Portfolio Manager Q&A - Mike Wachter

With yields back to levels not seen in over a decade, fixed income is experiencing a revival. Mike Wachter, Portfolio Manager and Head of Reinhart Fixed Income, shares his thoughts on the opportunity in bonds today.

Given the big move in rates last year, the inverted yield curve, and the volatility in the markets, where do you see opportunities in this environment?

Mike Wachter: For the last decade and a half, fixed income has been an incredibly challenged asset class. Rates had been kept low coming out of the Great Recession. There were points where the Fed started to raise interest rates, only to be forced to lower them quickly again – for example, during the pandemic. In general, without any yield in a portfolio, it is difficult to expect great returns from fixed income. That ended last year. We’re now sitting with yields in the 4.5% to 5% range in our portfolios. That yield that had previously been missing now provides investors with a base for solid returns. If interest rates do not change from here on out, you can expect a 4.5% to 5% return. That's a great starting level. Then consider the inverse relation between a bond’s price and rates. If interest rates were to move up from 4.5%, that yield would serve as a buffer against the negative price performance. If rates were to go down, you would get the 4.5% yield plus the additional price performance. All this considered, we think fixed income, as an entire asset class, is attractive right now.

When we started the year, there seemed to be a disconnect between what the Fed was planning and what the market was actually pricing in. Where do we stand today? And what are your expectations for rates moving forward?

MW: At the end of 2022 and into 2023, we started to see inflation moderating and signs of a slowdown in the economy. The market interpreted this as an indication that we may get rate cuts by the end of 2023, despite what the Fed has been saying about keeping rates higher for longer. Fast forward a month, we get a great nonfarm payroll unemployment report, retail sales are up 3%, and inflation data is stronger than expected. That flipped the market’s narrative on its head.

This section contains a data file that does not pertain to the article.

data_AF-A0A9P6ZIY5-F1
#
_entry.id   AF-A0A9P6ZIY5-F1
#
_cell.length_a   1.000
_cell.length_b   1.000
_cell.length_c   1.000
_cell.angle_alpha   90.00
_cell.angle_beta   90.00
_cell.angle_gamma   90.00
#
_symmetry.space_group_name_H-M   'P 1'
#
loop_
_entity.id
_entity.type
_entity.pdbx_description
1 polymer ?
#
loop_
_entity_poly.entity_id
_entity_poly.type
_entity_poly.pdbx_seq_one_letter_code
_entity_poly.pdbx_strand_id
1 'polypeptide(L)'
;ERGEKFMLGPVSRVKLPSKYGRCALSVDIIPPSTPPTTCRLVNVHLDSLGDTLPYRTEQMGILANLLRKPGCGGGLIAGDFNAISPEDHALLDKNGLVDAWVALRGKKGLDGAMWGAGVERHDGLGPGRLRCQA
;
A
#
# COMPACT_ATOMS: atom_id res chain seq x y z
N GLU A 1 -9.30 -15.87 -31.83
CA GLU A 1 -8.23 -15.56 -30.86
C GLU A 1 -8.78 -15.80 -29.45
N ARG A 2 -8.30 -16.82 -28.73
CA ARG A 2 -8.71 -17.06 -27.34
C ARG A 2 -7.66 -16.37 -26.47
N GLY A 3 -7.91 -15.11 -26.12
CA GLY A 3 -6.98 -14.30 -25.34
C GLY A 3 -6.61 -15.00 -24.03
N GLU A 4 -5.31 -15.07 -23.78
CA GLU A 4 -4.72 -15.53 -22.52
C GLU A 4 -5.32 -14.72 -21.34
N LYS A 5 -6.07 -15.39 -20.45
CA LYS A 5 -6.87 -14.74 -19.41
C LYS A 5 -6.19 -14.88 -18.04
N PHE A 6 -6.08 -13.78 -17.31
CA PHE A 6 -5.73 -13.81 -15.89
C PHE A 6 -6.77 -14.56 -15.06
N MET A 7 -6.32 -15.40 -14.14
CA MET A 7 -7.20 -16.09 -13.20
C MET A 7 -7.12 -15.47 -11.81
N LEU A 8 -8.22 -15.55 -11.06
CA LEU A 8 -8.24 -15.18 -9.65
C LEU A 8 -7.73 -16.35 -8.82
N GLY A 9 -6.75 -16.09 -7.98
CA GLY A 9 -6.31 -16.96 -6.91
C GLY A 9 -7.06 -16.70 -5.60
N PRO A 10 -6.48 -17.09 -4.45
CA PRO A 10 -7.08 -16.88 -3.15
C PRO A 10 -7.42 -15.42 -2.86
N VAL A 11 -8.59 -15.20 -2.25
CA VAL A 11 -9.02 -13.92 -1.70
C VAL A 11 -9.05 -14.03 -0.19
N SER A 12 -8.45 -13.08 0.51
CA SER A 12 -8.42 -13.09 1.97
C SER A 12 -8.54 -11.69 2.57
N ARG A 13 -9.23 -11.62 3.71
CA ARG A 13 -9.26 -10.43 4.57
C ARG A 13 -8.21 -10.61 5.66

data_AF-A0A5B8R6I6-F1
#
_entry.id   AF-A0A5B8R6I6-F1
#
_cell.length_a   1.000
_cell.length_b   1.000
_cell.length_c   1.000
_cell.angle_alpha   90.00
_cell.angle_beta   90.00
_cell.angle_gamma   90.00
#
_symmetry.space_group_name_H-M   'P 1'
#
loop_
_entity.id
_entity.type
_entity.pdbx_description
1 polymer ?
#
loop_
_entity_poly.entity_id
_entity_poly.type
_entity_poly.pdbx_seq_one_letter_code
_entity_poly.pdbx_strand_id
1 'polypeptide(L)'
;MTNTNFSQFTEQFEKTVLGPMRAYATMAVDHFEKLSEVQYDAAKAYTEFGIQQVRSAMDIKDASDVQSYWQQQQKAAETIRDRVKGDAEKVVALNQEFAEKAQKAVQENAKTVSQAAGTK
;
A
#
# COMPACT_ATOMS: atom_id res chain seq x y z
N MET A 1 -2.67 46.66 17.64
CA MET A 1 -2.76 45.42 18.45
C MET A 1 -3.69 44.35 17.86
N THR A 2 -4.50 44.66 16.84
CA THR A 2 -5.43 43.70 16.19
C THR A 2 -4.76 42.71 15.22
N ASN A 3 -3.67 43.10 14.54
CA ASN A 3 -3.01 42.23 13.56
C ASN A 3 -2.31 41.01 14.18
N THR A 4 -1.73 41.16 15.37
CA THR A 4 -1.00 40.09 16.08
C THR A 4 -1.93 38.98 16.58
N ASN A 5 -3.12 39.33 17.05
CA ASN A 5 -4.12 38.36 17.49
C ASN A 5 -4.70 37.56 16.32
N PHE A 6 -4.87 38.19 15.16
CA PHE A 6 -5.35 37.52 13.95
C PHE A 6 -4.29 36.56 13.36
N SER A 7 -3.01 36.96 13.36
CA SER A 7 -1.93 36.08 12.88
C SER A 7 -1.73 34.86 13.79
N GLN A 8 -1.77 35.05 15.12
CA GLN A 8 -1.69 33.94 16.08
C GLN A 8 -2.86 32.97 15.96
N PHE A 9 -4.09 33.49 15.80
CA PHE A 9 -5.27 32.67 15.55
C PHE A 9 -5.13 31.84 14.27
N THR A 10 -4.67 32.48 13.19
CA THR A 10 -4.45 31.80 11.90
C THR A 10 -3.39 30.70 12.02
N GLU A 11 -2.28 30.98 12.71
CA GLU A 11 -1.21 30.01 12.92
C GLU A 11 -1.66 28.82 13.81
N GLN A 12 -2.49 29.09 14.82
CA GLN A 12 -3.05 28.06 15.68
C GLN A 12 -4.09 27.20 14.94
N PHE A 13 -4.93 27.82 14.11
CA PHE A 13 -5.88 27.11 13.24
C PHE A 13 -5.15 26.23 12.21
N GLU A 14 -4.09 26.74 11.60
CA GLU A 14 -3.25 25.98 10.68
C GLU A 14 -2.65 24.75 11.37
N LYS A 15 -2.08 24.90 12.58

One thing I've learned in my 30-plus years as a fixed income investor is don't fight the Fed. That being said, I think that the Fed will do exactly what they are telling us they will do by continuing to raise rates. I don't expect them to stop until we get a fed funds rate north of 5%.

The big question is, will it have the effect that the Fed is looking for? Will it slow employment? Does it create more slack in the economy such that inflation will continue to come down? That’s what we’ll be watching for.

Let's get into the mechanics of bonds for a minute. Although yields in corporates and Treasuries are 4% to 5%, average coupons remain low in the 2% to 3% range. Can you comment on how investors will see their 4% to 5% return on these bonds?

MW: With market yields in the 4.5% to 5% range, no one would buy a bond with a 2% or 3% coupon unless you sell it to them at a discount. So, you ultimately achieve the higher market yield with the lower coupon level by accounting for the accretion of that discount towards maturity. For example, if I were to buy a five-year bond with a 3.5% coupon at a price of 95 cents on the dollar, over the course of that five years, I would add another 1% of yield on top of the coupon rate. It doesn’t work exactly like that, but conceptually, you buy a bond at a discount (95 cents) and are paid back at the full par value (1 dollar). The back-of-the-envelope math for this basic example would be: 3.5% coupon + 1% from the price going up each year = 4.5% yield.

Coming off a difficult year for both fixed income and equities, what is your message to investors on the role of fixed income in a portfolio?